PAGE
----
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From Rainer Döbele <doeb...@esteam.de>
Subject re: Type checks in DBCommand in order to avoid SQL Injection
Date Thu, 28 Jan 2010 20:40:19 GMT
Hi McKinley,

to be honest: I don't think what you want makes sense and it's not what we're trying to achieve.
Empire-db should be lightweight plus easy and straightforward to use.
Adding various options adds complexity and is not intuitive.
And please understand that we cannot simply add features if someone has one very specific
problem.

The root of your problem is that you using a parameter of a web-request directly as the constraint
of a query.
This is not a good idea.
Anyone can forge the request and even if you have a check for the proper data type, this person
could access any record even if he had no credentials for that record. The check for validity
can only be performed by the application on a higher level at which you would in this case
need to convert the string to an integer (or something else) anyway. At least you should.

So let's try keeping Empire-db slim and simple.
Otherwise we end up as a hibernate clone :-)

Regards
Rainer

BTW: You should really have a look at our Web-examples. For forms they use DBRecord objects
which all kinds of validation checks (not just the data type). But I must admit apart from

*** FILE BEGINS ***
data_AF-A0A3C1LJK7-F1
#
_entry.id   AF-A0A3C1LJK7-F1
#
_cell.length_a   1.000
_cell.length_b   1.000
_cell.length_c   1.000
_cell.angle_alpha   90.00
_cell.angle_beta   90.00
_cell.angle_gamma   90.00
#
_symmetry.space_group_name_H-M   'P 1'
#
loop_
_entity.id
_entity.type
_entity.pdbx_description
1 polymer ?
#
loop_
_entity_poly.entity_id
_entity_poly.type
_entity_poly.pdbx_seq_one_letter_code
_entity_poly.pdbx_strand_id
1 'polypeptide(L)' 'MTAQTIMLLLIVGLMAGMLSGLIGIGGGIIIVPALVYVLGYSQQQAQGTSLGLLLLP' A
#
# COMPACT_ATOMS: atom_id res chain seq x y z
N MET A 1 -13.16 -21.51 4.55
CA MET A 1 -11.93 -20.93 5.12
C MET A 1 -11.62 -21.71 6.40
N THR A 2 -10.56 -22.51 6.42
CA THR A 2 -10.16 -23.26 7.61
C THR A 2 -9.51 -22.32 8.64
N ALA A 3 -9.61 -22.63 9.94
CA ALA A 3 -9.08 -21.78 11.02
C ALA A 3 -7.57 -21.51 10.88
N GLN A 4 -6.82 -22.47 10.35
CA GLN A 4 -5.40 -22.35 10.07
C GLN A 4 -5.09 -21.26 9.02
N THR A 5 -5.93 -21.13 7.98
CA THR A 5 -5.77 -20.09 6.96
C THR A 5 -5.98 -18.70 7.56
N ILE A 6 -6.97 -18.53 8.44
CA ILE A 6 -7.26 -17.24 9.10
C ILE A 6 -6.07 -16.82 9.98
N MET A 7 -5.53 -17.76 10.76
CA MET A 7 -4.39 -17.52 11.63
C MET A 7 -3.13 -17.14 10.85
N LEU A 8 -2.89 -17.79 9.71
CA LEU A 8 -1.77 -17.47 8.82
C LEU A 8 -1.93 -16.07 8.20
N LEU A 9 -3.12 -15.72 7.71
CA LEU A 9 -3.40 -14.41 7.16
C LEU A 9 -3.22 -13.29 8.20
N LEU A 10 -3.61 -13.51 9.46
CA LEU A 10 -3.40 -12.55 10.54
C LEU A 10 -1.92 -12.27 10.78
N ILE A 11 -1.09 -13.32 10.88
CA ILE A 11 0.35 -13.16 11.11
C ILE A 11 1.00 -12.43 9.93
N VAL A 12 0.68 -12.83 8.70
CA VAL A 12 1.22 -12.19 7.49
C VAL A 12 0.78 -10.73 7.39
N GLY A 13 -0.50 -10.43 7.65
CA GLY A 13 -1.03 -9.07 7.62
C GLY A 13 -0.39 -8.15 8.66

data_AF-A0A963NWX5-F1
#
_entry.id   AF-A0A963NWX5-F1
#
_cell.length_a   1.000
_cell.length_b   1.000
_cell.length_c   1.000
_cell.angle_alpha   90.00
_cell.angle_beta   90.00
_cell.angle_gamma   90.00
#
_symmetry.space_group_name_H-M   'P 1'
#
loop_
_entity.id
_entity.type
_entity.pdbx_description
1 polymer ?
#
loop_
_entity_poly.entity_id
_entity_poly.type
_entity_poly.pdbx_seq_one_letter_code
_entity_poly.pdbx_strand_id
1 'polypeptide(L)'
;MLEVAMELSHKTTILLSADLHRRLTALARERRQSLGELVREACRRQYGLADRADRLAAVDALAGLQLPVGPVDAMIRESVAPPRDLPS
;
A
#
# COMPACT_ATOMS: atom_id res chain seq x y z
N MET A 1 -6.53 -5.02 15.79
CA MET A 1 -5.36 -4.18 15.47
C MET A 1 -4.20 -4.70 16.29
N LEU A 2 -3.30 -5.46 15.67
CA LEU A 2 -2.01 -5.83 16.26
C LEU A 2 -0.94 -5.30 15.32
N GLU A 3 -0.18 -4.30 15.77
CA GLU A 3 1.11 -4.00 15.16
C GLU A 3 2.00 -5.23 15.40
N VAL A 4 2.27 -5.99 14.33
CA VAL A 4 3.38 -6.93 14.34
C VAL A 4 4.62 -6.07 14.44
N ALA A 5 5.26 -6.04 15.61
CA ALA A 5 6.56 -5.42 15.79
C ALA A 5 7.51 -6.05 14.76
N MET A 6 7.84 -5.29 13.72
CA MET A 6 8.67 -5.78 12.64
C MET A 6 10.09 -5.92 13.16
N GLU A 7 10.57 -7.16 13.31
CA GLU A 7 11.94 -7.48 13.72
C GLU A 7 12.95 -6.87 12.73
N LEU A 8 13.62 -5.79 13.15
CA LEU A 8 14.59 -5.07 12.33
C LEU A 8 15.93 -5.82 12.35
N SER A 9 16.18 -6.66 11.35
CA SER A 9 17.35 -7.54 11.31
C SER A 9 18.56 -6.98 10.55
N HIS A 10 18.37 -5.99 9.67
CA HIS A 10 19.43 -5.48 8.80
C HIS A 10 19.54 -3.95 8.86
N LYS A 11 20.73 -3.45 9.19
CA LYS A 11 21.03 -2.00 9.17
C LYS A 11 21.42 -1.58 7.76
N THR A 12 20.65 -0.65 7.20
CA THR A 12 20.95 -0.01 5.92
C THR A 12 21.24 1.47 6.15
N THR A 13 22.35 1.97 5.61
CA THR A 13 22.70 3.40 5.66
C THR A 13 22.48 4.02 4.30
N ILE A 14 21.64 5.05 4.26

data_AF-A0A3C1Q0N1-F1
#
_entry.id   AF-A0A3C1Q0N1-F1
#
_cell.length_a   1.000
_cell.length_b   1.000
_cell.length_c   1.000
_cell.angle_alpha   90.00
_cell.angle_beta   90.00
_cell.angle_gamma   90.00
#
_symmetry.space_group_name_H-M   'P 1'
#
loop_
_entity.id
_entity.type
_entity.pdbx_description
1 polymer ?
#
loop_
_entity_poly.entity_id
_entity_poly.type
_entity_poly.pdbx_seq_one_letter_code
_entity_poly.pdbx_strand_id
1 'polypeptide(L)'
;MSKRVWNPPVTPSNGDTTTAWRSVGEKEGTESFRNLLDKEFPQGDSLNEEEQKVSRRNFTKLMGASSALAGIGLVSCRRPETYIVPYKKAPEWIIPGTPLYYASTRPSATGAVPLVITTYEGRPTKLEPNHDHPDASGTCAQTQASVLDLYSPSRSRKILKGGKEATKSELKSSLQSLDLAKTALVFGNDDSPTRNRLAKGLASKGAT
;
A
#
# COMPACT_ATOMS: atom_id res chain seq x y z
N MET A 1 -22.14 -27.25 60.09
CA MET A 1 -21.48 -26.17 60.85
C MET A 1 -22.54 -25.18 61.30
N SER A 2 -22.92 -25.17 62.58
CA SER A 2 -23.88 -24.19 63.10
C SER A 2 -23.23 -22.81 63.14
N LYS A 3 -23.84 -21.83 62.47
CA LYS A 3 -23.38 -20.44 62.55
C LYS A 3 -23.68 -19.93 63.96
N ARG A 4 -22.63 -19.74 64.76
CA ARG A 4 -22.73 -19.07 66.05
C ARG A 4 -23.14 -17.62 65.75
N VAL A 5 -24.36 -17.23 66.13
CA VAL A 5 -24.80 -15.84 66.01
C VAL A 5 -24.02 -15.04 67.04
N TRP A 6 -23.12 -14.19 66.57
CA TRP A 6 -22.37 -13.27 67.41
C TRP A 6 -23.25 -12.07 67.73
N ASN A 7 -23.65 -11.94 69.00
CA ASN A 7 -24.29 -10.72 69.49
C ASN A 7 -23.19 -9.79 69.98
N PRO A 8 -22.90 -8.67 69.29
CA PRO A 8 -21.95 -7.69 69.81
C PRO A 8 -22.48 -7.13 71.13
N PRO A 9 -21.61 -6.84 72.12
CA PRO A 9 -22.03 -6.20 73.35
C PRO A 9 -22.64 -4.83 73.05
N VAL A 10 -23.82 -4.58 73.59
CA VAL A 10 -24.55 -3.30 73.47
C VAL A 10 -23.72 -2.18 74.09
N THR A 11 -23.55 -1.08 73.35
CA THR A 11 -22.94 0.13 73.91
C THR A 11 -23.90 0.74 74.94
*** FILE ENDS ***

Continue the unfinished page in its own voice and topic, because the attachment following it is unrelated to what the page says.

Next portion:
that there is not enough security built in either. Security is a issue of its own.

McKinley wrote:
> Re: Type checks in DBCommand in order to avoid SQL Injection
> 
> Would the check go into that the addSQL() ->
> getObjectValue(expr.getDataType()... chain? In the case of my example,
> I have passed in a string so rather than give too much deference to
> the column data type, why not say "rare is the DBMS that will cast
> this correctly, but the developer seems to want [where intCol1 = '0;
> update this set that=\'bla\';']. Of course this requires adding a
> bunch of type checks on that Object value that was passed to determine
> that it is a string and should be quoted. I don't think I want any
> parseInt or regexp for ';' and '--'. Just quote wrapping when the
> value is character based.
> 
> If you do add checks how about changing addSql() to addSql(boolean
> safe)? addSql() would do any checks, but if you have white-listed all
> your inputs you can use addSql(false) to get extra speed.
> 
> I guess another option is that checks could be put into the
> DBCompareColExpr generators like is() and isBetween() so that they
> take specific types instead of Object, but that might be too much
> boilerplate code.
> 
> Thanks,
> 
> McKinley
> 
> 
> On Tue, Jan 26, 2010 at 11:37 PM, Rainer Döbele <doebele@esteam.de>
> wrote:
> > Hi McKinley
> >
> > Just to let you know:
> > In the Where clause of the DBCommand object we're not doing any type
> checks at all.
> > Hence your SQL-Injection example below also works for other numeric
> columns.
> >
> > The question is whether we should at this point or not.
> > We're doing type-checks when working with DBRecord objects.
> > They internally then use a DBCommand as well.
> > Adding a check in DBCommand would mean a double check.
> >
> > I think the DBCommand is the lowest level.
> > All checks should be performed at a higher level in order to avoid
> Overhead.
> >
> > Regards
> > Rainer

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